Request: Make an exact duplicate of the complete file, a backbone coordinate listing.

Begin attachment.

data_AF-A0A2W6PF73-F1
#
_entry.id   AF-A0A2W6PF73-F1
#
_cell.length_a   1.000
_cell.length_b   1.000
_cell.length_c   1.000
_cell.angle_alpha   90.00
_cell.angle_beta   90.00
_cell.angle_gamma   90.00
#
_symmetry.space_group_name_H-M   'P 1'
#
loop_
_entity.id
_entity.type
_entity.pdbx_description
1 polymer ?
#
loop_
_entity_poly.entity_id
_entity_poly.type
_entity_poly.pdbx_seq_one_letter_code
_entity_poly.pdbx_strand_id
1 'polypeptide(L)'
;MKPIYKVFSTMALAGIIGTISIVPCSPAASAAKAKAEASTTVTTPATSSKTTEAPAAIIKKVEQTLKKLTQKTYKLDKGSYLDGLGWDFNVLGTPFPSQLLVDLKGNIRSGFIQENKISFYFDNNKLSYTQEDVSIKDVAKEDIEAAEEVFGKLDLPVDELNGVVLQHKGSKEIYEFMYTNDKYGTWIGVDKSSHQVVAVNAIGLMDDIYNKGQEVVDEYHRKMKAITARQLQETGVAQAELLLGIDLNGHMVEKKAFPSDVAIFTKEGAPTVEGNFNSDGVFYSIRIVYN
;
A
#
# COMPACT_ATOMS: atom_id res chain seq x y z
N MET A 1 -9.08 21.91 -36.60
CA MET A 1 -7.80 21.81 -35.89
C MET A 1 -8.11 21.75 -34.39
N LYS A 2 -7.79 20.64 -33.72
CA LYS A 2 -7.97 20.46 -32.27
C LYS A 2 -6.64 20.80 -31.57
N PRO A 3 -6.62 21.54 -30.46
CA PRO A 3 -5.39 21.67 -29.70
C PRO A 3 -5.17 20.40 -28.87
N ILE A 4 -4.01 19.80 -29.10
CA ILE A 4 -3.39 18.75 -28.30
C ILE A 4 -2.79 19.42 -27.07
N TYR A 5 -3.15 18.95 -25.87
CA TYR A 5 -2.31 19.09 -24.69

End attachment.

data_AF-A0A2W6PF73-F1
#
_entry.id   AF-A0A2W6PF73-F1
#
_cell.length_a   1.000
_cell.length_b   1.000
_cell.length_c   1.000
_cell.angle_alpha   90.00
_cell.angle_beta   90.00
_cell.angle_gamma   90.00
#
_symmetry.space_group_name_H-M   'P 1'
#
loop_
_entity.id
_entity.type
_entity.pdbx_description
1 polymer ?
#
loop_
_entity_poly.entity_id
_entity_poly.type
_entity_poly.pdbx_seq_one_letter_code
_entity_poly.pdbx_strand_id
1 'polypeptide(L)'
;MKPIYKVFSTMALAGIIGTISIVPCSPAASAAKAKAEASTTVTTPATSSKTTEAPAAIIKKVEQTLKKLTQKTYKLDKGSYLDGLGWDFNVLGTPFPSQLLVDLKGNIRSGFIQENKISFYFDNNKLSYTQEDVSIKDVAKEDIEAAEEVFGKLDLPVDELNGVVLQHKGSKEIYEFMYTNDKYGTWIGVDKSSHQVVAVNAIGLMDDIYNKGQEVVDEYHRKMKAITARQLQETGVAQAELLLGIDLNGHMVEKKAFPSDVAIFTKEGAPTVEGNFNSDGVFYSIRIVYN
;
A
#
# COMPACT_ATOMS: atom_id res chain seq x y z
N MET A 1 -9.08 21.91 -36.60
CA MET A 1 -7.80 21.81 -35.89
C MET A 1 -8.11 21.75 -34.39
N LYS A 2 -7.79 20.64 -33.72
CA LYS A 2 -7.97 20.46 -32.27
C LYS A 2 -6.64 20.80 -31.57
N PRO A 3 -6.62 21.54 -30.46
CA PRO A 3 -5.39 21.67 -29.70
C PRO A 3 -5.17 20.40 -28.87
N ILE A 4 -4.01 19.80 -29.10
CA ILE A 4 -3.39 18.75 -28.30
C ILE A 4 -2.79 19.42 -27.07
N TYR A 5 -3.15 18.95 -25.87
CA TYR A 5 -2.31 19.09 -24.69